Please find the next blog in our monthly series that provides timely market data as well as perspectives on the current state of the economy and the global financial markets.
Mixed signals continue in the US economy. The Commerce Department revised 1Q-17 real gross domestic product (GDP) upward from 1.2% to 1.4%, which now represents a full doubling of the initial estimate for economic growth, as consumer spending and exports have been revised higher. On the other hand, the latest report on personal consumption expenditures (PCE) indicated that spending declined in May, restraining the overall monthly increase to just 0.1%. This reading was up 1.4% on a year-over-year (YoY) basis, a notable decline from the 1.7% annual rate reported in April, and perhaps the result of the national savings rate reaching 5.5%. The Institute for Supply Management’s Purchasing Managers Index (PMI) exceeded expectations at 57.80, led by New Orders and Production factors. In contrast, the HIS Markit US Manufacturing PMI was lower for the fifth consecutive month. Despite the unemployment rate ticking up to 4.4%, the June jobs report reaffirmed the health of the labor market. Nonfarm payrolls exceeded expectations, with 220,000 jobs added. The higher unemployment rate is primarily due to more workers entering the labor market, as participation rates have been rising alongside confidence. Wage growth has lagged expectations, continuing its relatively slow pace of 2.5%.
As expected, The Federal Open Market Committee (FOMC) utilized its mid-June meeting to further its rate hiking campaign, which now includes four 25 basis points (bps) adjustments over the past 18-months. That said, the market’s response to the rate increase has been somewhat conflicted given the continued slowdown in inflation and more tempered growth estimates. In a special supplement to the official statement, the FOMC also offered details on how it expects to begin the gradual reduction of the Fed’s $4.5 trillion balance sheet by year-end. This is to be accomplished by letting maturing bonds roll off, subject to a monthly cap limit that begins at $10 billion and slowly grows to $50 billion.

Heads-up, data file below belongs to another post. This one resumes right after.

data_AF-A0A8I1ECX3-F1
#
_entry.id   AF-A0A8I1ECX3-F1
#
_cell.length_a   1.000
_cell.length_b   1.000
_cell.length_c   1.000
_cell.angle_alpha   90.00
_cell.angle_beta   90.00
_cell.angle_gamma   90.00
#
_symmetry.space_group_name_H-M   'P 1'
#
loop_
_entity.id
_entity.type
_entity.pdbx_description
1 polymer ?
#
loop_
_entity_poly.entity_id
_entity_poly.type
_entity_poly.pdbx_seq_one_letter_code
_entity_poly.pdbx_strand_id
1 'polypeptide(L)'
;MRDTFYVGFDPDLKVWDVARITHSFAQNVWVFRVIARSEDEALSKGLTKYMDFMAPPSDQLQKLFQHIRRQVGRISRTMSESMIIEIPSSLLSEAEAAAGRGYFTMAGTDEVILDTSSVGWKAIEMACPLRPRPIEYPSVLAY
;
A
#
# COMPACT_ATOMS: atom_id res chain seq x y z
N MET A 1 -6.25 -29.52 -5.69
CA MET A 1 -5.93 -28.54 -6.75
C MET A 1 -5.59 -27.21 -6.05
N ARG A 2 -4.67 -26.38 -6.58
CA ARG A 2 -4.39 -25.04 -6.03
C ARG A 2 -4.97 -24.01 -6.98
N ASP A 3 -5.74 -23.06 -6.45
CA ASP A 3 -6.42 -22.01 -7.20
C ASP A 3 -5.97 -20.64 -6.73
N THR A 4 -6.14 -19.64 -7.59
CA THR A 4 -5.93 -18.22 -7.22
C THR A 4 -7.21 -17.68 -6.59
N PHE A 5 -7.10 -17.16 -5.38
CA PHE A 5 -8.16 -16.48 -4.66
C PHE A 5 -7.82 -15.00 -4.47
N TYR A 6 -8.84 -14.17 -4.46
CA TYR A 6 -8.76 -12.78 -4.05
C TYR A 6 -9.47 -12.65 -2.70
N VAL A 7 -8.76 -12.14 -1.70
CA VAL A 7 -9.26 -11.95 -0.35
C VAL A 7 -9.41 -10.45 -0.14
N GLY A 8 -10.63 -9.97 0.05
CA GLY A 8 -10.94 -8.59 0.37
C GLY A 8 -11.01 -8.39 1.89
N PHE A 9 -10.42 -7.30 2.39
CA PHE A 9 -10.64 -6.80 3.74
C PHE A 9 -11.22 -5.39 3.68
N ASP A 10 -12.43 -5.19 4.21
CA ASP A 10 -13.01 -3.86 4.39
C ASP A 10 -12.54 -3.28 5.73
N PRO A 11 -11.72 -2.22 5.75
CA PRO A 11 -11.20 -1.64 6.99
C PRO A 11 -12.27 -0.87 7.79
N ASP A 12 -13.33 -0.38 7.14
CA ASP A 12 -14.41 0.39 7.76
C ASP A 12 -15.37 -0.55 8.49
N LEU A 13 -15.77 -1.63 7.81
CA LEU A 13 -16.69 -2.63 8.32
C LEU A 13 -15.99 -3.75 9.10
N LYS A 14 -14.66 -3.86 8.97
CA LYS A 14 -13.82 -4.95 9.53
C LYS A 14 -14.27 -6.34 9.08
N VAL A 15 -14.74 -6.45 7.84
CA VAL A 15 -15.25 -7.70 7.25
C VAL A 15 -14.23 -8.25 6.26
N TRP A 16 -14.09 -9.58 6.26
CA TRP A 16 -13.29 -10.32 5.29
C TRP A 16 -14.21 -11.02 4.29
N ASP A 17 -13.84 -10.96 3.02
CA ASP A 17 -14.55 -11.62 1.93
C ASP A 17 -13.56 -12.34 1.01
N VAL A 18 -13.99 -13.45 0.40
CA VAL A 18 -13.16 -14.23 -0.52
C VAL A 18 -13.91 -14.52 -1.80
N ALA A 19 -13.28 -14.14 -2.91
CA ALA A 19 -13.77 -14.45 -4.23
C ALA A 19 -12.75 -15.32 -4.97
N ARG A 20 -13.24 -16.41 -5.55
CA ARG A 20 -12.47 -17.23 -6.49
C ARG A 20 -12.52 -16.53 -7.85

Globally, the general election in the United Kingdom (UK) did not turn out as Prime Minister May had hoped, leaving no clear majority. The election result has increased speculation that Brexit terms are now likely to be more “soft” than “hard.” The Eurozone continues to show strong signals within its economy, but the European Central Bank (ECB) has given no indication that rates will rise with inflation well in check at 1.3%. Despite its worrisome debt levels, China’s GDP for 1Q-17 was reported ahead of expectations at 6.9% and manufacturing and services PMIs rose in June.
June was a relatively moderate month for the US equity markets, with the exception of domestic small caps, which saw the Russell 2000 advance by +3.5%. The S&P 500 ended the first half of 2017 up an impressive +9.3%, with the growth-oriented Nasdaq up +14.1% year-to-date (YTD). Healthcare (+4.5%) and Financials (+6.3%) led the way in the S&P 500 this month, with the latter driven by the passing results of stress tests given to the 34 largest banks by the Federal Reserve. Sectors producing the most significant losses included Telecommunications, Utilities, and Information Technology. In the broader large stock indexes, Russell 1000 value outperformed Russell 1000 growth by 189 bps, reversing the recent trend. Style had less impact in the Russell 2000, with value edging out growth by just 6 bps.
Globally, equity returns for June varied across developed markets (MSCI EAFE was down modestly at -0.2%) and emerging markets (MSCI EM up another +1.1%). Of note, international stocks exceeded their domestic counterparts for the first half of the year, with returns of +14.2% for the basket of developed countries and +18.6% in the emerging world. Active managers have had the opportunity to add value in emerging markets thus far in 2017, with differentiation illustrated by the widely varied performance of MSCI’s Emerging Markets Asia index (+23.3%) relative to the Latin America (+10.1%), and Europe, Middle East & Africa (+4.9%) regional counterparts. Given the absence of any negative outliers across the developed international markets, results have been more uniformly strong, with the majority of countries ranging from +10% to +16% for the first six months of the year.